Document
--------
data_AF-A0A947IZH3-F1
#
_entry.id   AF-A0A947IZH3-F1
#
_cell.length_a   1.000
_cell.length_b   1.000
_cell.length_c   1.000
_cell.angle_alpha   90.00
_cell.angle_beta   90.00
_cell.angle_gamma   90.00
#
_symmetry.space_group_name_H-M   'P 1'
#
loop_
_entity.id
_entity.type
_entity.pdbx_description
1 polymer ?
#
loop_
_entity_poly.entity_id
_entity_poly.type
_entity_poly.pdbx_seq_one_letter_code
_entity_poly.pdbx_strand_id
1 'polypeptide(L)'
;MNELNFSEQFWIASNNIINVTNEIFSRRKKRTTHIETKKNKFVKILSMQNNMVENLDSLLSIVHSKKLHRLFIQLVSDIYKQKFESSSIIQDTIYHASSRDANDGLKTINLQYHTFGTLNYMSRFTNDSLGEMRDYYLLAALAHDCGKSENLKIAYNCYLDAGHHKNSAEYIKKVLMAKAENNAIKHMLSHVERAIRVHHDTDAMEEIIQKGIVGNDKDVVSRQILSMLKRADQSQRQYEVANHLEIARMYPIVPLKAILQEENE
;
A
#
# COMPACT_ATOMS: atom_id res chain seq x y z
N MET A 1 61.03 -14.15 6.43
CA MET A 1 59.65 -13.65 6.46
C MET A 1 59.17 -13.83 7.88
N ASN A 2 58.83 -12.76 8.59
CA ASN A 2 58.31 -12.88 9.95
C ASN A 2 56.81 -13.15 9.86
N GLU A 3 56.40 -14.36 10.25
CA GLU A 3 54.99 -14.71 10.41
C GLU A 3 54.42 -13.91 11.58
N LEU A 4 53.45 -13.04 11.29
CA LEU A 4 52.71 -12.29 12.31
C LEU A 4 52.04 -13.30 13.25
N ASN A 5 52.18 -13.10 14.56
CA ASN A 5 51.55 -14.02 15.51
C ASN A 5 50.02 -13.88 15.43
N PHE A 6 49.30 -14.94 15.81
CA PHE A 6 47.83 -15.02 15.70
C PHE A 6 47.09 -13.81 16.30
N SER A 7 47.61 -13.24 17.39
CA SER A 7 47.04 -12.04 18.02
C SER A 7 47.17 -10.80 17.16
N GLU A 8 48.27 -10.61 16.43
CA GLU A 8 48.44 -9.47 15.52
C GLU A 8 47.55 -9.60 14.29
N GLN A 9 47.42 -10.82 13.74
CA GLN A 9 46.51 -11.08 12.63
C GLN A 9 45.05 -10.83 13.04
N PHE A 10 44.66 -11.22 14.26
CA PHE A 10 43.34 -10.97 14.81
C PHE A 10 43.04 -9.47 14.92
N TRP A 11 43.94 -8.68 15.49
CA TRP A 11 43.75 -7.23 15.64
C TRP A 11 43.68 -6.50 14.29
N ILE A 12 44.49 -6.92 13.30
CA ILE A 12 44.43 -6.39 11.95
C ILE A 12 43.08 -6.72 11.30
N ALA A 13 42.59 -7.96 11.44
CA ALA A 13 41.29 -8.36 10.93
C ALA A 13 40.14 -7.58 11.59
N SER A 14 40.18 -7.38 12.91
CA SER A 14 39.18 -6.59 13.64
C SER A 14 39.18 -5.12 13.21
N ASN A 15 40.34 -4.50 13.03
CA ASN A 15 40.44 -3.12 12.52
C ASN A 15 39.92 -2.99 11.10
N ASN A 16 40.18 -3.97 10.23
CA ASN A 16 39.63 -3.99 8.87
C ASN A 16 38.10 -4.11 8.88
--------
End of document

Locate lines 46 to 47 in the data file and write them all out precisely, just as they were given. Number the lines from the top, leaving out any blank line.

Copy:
N PHE A 6 49.30 -14.94 15.81
CA PHE A 6 47.83 -15.02 15.70